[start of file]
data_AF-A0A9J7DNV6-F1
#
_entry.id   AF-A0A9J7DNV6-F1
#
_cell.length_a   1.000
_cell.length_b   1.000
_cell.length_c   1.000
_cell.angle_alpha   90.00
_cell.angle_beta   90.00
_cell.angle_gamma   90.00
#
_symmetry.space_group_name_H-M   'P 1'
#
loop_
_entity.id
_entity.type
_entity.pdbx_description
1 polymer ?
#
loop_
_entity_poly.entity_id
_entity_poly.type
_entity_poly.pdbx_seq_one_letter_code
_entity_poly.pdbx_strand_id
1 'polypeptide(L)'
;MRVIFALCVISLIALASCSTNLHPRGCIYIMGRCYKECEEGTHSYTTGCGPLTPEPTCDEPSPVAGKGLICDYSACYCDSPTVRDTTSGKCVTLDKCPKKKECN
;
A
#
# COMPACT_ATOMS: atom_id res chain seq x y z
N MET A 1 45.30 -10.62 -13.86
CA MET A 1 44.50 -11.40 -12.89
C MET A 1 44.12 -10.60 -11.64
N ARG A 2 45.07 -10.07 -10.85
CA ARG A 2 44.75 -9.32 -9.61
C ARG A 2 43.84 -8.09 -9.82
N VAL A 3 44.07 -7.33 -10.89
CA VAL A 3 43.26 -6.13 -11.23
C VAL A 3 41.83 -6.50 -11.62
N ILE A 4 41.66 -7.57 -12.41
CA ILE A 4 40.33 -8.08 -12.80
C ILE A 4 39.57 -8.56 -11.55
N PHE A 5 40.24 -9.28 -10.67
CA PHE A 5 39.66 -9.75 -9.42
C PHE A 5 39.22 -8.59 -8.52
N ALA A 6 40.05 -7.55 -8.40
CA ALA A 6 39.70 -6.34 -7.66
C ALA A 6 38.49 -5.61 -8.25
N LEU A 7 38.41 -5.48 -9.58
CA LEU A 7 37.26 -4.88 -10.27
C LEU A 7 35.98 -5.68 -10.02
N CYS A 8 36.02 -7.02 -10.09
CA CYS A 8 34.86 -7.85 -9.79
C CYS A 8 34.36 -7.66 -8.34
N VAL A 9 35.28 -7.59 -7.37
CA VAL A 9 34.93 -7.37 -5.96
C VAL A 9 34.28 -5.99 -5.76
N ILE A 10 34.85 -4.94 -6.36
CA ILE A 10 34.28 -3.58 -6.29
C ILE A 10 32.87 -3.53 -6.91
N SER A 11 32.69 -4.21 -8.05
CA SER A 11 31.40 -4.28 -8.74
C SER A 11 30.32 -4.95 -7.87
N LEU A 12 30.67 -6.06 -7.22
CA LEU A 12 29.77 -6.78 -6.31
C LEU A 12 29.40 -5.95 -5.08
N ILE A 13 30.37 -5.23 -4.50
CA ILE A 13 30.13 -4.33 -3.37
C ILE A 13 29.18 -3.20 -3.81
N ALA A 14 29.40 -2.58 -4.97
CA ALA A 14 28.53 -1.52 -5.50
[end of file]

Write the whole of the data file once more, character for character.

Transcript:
data_AF-A0A9J7DNV6-F1
#
_entry.id   AF-A0A9J7DNV6-F1
#
_cell.length_a   1.000
_cell.length_b   1.000
_cell.length_c   1.000
_cell.angle_alpha   90.00
_cell.angle_beta   90.00
_cell.angle_gamma   90.00
#
_symmetry.space_group_name_H-M   'P 1'
#
loop_
_entity.id
_entity.type
_entity.pdbx_description
1 polymer ?
#
loop_
_entity_poly.entity_id
_entity_poly.type
_entity_poly.pdbx_seq_one_letter_code
_entity_poly.pdbx_strand_id
1 'polypeptide(L)'
;MRVIFALCVISLIALASCSTNLHPRGCIYIMGRCYKECEEGTHSYTTGCGPLTPEPTCDEPSPVAGKGLICDYSACYCDSPTVRDTTSGKCVTLDKCPKKKECN
;
A
#
# COMPACT_ATOMS: atom_id res chain seq x y z
N MET A 1 45.30 -10.62 -13.86
CA MET A 1 44.50 -11.40 -12.89
C MET A 1 44.12 -10.60 -11.64
N ARG A 2 45.07 -10.07 -10.85
CA ARG A 2 44.75 -9.32 -9.61
C ARG A 2 43.84 -8.09 -9.82
N VAL A 3 44.07 -7.33 -10.89
CA VAL A 3 43.26 -6.13 -11.23
C VAL A 3 41.83 -6.50 -11.62
N ILE A 4 41.66 -7.57 -12.41
CA ILE A 4 40.33 -8.08 -12.80
C ILE A 4 39.57 -8.56 -11.55
N PHE A 5 40.24 -9.28 -10.67
CA PHE A 5 39.66 -9.75 -9.42
C PHE A 5 39.22 -8.59 -8.52
N ALA A 6 40.05 -7.55 -8.40
CA ALA A 6 39.70 -6.34 -7.66
C ALA A 6 38.49 -5.61 -8.25
N LEU A 7 38.41 -5.48 -9.58
CA LEU A 7 37.26 -4.88 -10.27
C LEU A 7 35.98 -5.68 -10.02
N CYS A 8 36.02 -7.02 -10.09
CA CYS A 8 34.86 -7.85 -9.79
C CYS A 8 34.36 -7.66 -8.34
N VAL A 9 35.28 -7.59 -7.37
CA VAL A 9 34.93 -7.37 -5.96
C VAL A 9 34.28 -5.99 -5.76
N ILE A 10 34.85 -4.94 -6.36
CA ILE A 10 34.28 -3.58 -6.29
C ILE A 10 32.87 -3.53 -6.91
N SER A 11 32.69 -4.21 -8.05
CA SER A 11 31.40 -4.28 -8.74
C SER A 11 30.32 -4.95 -7.87
N LEU A 12 30.67 -6.06 -7.22
CA LEU A 12 29.77 -6.78 -6.31
C LEU A 12 29.40 -5.95 -5.08
N ILE A 13 30.37 -5.23 -4.50
CA ILE A 13 30.13 -4.33 -3.37
C ILE A 13 29.18 -3.20 -3.81
N ALA A 14 29.40 -2.58 -4.97
CA ALA A 14 28.53 -1.52 -5.50